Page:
College Advising Center restructures

By CiaraShook

Columbia’s Advising Center has made adjustments in the past few months to help students plan their curriculum and college career through an easier method.

Until recently, all Columbia students, freshmen through seniors, would correspond with two advisers simultaneously. They would meet with their college adviser to discuss core classes and a faculty adviser to discuss their major.

Starting this fall, the College Advising Center will focus more on incoming students and meet with them more frequently than in the past to become better acquainted with the students and to help the students become more familiar with the college.

As students ease into Columbia and select a major, the center will refer them to a faculty adviser in their major, who will oversee the student’s curriculum through graduation.

“Previously, we would advise students based upon their taking the initiative to come and see us,” said Jim Gingras, office manager of the College Advising Center. “We didn’t say, ‘Hey, meet with your adviser.’ We were always open and dealt with students [who] came in on their own. That’s [why] we’re changing; to get the word out and try to make more room and more appointments.”

The center will guide new students and incoming freshmen through their first year at Columbia and advisers will work to establish a closer relationship with students and help them select college courses that would best compliment their major.

“College advising will focus on new students and be much more available to them,” said vice president of Student Affairs Mark Kelly. “Caseloads [will] move from 1,000 to 1 to something more manageable like 250 to 1. The faculty advisers have a smaller load because the sea of new students is no longer part of the responsibility.”

Sophomores start to receive faculty advising in their major department at the beginning of the fall. When junior year comes around and students start to think about internships, faculty advisers will be able to aid them in bridging their college education with their career using their experience as working professionals.

The bigger idea behind this new advising model is for students to take full advantage of everything Columbia offers.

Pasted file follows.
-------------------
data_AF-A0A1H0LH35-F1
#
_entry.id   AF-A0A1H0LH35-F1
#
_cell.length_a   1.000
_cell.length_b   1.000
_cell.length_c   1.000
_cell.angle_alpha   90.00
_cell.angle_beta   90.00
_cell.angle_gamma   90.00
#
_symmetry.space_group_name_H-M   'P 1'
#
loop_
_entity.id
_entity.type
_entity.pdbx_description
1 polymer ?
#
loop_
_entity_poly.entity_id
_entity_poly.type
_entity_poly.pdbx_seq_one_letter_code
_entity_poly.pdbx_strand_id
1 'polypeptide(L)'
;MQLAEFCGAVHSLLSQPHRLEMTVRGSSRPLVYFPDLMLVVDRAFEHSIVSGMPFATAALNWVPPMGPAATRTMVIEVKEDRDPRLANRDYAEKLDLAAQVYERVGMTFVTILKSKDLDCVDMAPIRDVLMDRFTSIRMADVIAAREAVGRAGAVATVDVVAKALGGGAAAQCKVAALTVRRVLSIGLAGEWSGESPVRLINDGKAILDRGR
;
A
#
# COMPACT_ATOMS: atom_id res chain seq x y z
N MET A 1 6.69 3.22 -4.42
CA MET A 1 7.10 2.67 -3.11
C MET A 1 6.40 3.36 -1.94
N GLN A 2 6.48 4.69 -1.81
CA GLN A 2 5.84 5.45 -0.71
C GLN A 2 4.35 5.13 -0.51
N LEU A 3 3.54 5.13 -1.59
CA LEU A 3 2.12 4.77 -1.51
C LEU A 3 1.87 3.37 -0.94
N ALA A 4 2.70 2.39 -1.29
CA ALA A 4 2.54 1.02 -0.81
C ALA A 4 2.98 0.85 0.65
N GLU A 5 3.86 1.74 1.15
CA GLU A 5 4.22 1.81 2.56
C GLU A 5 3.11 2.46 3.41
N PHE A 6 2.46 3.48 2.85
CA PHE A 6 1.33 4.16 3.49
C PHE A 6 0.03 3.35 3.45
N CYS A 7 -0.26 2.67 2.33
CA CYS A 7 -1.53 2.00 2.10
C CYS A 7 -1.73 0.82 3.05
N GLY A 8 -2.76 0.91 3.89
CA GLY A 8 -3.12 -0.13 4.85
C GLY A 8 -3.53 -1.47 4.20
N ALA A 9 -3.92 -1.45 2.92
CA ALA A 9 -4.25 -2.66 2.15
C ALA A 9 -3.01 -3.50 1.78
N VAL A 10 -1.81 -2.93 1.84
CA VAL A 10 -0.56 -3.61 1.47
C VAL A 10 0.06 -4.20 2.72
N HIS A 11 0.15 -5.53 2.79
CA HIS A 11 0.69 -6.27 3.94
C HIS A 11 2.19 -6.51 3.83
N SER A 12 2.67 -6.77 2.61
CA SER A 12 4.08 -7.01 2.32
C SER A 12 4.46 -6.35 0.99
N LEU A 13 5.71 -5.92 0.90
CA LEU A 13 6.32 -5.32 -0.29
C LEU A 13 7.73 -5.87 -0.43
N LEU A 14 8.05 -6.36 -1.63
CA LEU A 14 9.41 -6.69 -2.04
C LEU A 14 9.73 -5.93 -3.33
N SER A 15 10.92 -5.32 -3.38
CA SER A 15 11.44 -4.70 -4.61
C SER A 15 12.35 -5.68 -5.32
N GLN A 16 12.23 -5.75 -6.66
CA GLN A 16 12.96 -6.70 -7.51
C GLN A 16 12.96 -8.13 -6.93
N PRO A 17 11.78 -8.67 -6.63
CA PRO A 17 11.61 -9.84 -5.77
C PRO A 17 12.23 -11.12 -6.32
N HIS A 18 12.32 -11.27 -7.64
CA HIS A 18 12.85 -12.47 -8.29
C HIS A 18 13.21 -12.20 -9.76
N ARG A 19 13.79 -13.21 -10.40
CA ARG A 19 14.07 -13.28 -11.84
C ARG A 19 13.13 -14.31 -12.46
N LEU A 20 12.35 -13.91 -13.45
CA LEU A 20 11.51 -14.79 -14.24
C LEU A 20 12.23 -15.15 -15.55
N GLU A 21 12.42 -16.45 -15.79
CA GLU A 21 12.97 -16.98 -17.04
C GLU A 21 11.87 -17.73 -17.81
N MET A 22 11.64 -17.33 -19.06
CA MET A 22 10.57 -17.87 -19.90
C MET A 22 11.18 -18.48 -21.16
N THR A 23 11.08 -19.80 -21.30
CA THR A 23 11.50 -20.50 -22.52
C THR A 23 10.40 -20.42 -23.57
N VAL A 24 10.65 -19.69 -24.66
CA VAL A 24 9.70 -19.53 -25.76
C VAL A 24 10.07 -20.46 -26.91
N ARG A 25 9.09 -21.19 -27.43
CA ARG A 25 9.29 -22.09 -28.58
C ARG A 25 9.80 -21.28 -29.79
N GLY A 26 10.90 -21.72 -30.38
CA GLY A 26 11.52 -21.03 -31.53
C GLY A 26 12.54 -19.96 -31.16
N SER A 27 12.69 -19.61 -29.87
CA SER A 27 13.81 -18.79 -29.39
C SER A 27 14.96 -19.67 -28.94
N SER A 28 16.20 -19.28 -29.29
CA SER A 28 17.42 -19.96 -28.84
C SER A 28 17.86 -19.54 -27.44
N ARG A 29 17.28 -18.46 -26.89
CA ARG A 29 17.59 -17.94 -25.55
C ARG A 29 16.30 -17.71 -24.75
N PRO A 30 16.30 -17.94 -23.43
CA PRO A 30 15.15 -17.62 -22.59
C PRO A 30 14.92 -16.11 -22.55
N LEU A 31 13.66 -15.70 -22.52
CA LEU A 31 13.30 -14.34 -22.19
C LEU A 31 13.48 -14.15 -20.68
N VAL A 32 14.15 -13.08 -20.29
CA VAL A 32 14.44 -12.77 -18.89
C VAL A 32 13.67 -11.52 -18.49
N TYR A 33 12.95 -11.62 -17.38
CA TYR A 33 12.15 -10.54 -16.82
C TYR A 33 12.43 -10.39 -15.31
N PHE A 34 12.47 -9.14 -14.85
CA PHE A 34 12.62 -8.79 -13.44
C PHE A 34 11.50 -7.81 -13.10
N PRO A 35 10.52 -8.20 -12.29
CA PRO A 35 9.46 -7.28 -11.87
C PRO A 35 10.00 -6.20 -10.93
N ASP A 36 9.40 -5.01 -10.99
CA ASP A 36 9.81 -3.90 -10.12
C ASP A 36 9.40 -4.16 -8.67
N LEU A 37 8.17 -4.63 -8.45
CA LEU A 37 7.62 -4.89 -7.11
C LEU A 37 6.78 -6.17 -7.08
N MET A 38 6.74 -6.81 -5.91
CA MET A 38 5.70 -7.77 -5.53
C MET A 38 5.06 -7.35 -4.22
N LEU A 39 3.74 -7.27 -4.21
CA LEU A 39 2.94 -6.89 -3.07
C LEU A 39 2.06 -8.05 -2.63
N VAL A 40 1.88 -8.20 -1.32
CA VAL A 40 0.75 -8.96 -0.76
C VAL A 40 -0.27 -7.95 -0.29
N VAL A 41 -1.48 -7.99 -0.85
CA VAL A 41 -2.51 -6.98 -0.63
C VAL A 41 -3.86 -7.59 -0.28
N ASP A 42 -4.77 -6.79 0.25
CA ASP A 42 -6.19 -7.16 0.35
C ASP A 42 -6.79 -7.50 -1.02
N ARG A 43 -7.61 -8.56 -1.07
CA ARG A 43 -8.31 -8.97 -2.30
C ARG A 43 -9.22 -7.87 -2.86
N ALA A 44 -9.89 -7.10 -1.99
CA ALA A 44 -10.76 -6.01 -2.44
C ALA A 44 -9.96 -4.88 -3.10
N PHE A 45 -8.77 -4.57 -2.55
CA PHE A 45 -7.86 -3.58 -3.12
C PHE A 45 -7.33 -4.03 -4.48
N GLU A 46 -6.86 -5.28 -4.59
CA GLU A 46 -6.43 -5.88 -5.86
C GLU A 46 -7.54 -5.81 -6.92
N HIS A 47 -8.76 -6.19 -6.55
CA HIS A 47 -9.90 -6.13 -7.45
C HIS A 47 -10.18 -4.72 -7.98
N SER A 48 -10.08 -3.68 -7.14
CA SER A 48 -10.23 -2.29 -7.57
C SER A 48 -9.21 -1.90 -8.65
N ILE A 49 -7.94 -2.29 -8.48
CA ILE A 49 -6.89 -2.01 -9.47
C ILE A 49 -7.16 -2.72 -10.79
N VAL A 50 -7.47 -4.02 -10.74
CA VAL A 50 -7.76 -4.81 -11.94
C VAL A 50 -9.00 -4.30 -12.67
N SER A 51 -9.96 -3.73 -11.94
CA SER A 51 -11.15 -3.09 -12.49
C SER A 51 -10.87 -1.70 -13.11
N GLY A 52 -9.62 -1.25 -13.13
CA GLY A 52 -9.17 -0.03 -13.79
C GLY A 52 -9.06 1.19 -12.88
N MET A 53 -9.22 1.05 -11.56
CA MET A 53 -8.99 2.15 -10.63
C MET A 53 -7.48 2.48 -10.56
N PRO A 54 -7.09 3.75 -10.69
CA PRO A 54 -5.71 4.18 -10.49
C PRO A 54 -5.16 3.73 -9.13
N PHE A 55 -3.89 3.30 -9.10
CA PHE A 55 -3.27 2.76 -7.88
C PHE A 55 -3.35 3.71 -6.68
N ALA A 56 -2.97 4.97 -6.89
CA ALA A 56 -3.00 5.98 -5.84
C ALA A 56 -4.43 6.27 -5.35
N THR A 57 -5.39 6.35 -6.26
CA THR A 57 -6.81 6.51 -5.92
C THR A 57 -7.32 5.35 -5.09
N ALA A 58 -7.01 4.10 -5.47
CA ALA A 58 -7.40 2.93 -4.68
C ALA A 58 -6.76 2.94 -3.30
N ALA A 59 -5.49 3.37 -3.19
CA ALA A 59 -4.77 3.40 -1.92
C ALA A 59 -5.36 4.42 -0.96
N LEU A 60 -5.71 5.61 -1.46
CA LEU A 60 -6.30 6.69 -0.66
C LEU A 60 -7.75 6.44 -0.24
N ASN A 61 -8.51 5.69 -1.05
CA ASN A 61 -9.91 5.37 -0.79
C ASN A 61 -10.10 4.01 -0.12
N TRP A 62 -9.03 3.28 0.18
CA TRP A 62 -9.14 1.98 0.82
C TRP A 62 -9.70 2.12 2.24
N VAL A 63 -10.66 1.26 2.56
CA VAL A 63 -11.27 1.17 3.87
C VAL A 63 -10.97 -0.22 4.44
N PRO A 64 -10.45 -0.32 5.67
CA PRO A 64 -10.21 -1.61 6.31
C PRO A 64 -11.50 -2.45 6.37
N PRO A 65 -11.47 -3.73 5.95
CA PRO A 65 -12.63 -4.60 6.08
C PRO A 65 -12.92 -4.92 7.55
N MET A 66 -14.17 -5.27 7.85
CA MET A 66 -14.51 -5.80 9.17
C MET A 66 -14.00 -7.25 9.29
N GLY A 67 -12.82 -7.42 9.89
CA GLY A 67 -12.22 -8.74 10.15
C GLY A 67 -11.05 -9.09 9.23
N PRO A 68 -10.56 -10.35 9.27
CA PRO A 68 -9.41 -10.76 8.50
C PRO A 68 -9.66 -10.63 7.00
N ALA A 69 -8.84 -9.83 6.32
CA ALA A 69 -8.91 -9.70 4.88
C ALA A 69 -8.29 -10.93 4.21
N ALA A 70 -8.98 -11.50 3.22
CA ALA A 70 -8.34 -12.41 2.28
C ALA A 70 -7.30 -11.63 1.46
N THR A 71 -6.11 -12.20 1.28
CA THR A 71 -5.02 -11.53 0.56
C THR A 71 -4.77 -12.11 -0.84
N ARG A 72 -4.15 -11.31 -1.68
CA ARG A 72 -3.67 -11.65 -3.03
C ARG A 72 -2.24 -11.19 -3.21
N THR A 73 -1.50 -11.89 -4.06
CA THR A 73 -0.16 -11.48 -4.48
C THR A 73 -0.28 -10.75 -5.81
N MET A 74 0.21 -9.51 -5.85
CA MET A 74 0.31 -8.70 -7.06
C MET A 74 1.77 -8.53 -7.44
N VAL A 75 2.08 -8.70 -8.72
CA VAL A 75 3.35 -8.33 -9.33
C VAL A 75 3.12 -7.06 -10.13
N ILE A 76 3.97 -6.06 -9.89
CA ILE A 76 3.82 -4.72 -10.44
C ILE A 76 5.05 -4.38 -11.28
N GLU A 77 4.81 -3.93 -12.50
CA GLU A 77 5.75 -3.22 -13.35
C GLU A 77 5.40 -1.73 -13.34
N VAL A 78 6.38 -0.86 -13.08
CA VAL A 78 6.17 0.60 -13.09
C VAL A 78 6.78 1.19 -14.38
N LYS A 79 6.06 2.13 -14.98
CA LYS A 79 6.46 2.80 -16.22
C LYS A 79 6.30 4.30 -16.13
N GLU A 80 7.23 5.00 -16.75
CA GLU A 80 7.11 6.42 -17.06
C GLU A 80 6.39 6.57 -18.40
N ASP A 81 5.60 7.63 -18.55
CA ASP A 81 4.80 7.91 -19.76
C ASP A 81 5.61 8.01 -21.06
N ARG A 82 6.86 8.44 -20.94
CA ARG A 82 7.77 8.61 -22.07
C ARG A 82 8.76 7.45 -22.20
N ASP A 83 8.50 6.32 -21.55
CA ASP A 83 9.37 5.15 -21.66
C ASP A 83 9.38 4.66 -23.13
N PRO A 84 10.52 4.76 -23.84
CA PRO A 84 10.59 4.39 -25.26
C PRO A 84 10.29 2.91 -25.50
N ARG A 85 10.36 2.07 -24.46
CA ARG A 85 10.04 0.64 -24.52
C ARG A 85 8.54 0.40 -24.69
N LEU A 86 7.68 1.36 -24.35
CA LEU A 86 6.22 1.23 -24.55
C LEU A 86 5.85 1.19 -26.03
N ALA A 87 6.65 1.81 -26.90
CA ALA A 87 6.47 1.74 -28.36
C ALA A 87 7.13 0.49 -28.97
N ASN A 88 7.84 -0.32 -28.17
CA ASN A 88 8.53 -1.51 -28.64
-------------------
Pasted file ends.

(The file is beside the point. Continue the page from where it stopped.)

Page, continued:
Ideally, after a student finishes their first 15 to 45 college credits and has a better bearing on what they want to do at Columbia, they would be sent to a faculty adviser to focus more on their chosen major.

The faculty adviser will also work with the student to see what electives outside of the department might be conducive to their major, as well as general questions about Liberal Arts and Sciences core


“We want students’ experience at Columbia to be more effective and enriched by this model,” said Doreen Bartoni, dean of the School of Media Arts. “These assistant deans that we now have will be helping to educate our faculty in terms of advising and to provide opportunities for the faculty to be fully aware of what our enriched curriculum is.”

An assistant dean has been placed into each school at Columbia to help organize the faculty advisers. Keri Walters will be the assistant dean of faculty advising for the School of Fine and Performing Arts, Keith Cleveland is the assistant dean of faculty advising for the School of Liberal Arts and Sciences and Patti Mackenzie has recently been hired as the assistant dean of faculty advising for the School of Media Arts.

While the change will take approximately three years to fully develop, continuing students are encouraged to visit their college adviser as well as their faculty adviser, like in past years, throughout their time at Columbia.

The College Advising Center will be geared toward freshmen, but sophomores, juniors and seniors will always be able to discuss their curriculum with the center.

“We’re still going to be a resource for our upperclassmen,” Gingras said. “We’re not going to turn anybody away.”